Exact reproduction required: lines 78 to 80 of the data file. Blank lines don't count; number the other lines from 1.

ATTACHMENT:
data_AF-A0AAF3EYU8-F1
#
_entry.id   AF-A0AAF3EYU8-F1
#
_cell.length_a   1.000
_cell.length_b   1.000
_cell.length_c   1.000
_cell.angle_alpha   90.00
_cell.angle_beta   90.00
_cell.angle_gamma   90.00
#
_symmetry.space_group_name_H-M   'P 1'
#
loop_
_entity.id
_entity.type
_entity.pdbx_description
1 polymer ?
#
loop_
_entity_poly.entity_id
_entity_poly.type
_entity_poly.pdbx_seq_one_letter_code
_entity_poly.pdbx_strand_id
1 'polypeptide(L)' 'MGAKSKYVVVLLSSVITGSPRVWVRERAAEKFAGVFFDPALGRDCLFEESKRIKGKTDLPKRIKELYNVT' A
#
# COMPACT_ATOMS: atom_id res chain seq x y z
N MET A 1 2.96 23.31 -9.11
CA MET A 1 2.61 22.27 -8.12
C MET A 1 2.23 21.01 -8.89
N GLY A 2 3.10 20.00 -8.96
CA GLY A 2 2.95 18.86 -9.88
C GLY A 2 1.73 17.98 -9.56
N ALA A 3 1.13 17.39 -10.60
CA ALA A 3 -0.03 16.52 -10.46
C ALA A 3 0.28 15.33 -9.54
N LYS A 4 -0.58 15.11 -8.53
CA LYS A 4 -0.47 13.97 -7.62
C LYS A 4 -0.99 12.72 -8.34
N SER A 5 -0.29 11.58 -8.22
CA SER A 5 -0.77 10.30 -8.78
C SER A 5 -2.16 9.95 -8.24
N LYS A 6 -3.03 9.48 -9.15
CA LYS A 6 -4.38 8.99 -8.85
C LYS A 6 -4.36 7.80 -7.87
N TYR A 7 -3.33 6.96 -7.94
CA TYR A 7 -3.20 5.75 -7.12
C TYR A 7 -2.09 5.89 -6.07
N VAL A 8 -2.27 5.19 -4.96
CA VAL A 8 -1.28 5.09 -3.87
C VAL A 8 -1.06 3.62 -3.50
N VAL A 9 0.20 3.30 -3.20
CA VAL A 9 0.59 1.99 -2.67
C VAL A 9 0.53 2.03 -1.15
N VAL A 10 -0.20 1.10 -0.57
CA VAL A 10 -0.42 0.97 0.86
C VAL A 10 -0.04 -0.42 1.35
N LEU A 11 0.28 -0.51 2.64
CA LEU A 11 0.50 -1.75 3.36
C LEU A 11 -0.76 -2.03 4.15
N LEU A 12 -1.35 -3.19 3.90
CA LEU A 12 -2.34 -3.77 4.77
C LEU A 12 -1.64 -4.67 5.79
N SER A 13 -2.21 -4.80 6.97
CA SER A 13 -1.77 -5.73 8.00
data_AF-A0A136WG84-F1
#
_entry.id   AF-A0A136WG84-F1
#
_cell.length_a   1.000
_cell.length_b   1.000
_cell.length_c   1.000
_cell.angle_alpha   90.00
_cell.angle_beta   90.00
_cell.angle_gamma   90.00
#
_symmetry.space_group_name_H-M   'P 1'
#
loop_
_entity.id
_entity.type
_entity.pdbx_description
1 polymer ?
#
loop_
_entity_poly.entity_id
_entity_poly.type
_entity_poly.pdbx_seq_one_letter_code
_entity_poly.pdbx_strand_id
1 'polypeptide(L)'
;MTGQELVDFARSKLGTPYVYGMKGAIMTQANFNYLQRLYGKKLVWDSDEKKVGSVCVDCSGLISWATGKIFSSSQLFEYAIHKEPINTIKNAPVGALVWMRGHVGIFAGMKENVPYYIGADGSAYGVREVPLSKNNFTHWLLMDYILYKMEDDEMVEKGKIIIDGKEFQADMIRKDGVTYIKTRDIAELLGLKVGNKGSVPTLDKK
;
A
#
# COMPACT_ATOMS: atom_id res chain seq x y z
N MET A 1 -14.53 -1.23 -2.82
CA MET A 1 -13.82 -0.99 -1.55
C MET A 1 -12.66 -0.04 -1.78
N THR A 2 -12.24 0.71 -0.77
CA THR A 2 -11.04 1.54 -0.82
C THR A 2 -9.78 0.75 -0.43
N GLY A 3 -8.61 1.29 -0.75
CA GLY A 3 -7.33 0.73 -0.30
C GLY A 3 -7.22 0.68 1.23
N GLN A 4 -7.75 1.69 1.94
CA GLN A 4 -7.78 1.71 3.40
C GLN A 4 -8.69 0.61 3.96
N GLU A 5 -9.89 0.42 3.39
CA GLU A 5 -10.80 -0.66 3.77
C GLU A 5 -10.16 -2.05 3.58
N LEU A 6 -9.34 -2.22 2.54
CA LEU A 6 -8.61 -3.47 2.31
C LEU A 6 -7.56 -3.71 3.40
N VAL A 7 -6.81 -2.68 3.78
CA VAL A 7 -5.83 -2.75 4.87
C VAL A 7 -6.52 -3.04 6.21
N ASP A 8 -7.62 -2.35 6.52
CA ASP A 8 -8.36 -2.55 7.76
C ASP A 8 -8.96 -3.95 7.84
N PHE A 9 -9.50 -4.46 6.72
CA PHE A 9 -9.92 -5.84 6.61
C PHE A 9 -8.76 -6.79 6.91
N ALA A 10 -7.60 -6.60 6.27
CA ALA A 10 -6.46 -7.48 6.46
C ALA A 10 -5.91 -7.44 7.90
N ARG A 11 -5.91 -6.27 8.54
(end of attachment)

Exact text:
#
loop_
_entity.id